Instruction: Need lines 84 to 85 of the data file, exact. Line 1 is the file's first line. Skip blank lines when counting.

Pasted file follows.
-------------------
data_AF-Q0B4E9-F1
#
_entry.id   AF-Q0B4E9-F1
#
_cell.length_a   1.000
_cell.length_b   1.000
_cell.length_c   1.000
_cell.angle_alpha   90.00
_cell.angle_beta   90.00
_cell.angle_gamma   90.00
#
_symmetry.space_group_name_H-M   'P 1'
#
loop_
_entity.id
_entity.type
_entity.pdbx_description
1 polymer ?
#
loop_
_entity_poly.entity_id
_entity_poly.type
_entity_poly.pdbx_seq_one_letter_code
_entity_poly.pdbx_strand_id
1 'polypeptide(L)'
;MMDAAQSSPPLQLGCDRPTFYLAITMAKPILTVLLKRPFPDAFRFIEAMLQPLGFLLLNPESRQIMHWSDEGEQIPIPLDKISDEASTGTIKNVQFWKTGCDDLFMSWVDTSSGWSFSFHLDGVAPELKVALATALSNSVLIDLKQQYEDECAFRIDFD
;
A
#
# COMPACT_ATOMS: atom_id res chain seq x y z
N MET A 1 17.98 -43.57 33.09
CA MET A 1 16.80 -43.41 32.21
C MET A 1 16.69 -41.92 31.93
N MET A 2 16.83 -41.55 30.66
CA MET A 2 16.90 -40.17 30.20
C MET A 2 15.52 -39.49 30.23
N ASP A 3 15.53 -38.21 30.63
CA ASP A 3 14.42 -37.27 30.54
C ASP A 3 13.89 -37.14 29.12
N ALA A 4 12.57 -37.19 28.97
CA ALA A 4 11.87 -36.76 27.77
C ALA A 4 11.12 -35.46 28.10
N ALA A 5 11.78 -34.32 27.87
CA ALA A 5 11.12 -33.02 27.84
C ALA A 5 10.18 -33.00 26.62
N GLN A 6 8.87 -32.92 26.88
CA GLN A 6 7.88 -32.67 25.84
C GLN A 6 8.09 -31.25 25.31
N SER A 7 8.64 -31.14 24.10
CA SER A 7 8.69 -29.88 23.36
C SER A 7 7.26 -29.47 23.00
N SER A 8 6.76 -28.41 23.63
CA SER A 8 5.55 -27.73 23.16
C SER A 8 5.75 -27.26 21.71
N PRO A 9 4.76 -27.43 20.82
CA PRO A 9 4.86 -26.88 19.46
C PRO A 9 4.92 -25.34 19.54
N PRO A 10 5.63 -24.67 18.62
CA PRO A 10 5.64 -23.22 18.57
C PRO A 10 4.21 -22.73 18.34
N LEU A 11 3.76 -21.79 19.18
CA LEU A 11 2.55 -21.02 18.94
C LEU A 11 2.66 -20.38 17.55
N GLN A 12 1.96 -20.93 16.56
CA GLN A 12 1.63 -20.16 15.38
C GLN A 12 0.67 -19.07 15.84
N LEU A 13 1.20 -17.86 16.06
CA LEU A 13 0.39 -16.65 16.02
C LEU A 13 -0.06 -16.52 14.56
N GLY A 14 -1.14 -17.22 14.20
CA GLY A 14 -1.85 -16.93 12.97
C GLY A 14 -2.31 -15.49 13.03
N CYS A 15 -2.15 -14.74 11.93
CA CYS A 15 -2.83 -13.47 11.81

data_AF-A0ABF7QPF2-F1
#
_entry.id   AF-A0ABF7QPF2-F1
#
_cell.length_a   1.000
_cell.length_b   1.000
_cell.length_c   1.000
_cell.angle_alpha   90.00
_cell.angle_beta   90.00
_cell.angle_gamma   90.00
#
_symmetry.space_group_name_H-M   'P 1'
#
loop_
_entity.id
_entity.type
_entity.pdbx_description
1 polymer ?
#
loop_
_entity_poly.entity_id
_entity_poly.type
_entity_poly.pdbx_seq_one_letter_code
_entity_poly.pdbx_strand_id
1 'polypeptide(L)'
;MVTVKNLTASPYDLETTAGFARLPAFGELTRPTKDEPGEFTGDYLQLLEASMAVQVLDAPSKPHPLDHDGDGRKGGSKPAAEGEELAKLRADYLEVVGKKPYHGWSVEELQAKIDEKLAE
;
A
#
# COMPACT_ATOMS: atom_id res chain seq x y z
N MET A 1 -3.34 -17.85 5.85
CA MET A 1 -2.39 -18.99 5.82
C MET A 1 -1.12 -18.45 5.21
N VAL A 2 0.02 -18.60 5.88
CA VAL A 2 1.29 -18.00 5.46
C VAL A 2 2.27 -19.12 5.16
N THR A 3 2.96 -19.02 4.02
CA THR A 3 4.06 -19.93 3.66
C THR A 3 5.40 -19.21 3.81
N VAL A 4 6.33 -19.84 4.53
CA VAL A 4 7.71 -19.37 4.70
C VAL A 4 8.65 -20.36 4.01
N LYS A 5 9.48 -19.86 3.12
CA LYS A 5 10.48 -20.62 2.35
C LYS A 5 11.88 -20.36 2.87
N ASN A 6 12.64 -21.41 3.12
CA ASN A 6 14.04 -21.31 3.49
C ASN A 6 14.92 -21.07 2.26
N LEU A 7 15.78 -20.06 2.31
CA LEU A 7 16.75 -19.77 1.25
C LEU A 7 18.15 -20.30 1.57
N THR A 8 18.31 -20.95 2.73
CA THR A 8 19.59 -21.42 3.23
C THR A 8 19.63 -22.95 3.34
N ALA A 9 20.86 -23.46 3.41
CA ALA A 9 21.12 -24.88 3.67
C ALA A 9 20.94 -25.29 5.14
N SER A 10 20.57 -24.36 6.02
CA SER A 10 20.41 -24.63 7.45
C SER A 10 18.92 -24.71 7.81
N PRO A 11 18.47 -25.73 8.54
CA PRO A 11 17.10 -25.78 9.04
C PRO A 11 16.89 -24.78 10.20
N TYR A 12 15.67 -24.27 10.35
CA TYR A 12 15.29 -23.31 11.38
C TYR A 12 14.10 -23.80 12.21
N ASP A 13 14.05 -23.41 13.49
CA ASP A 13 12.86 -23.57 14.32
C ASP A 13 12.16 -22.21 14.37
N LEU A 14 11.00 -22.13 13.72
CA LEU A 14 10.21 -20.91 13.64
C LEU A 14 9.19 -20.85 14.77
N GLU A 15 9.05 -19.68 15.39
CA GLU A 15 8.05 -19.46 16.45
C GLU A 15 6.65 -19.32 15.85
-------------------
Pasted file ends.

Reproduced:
_cell.angle_gamma   90.00
#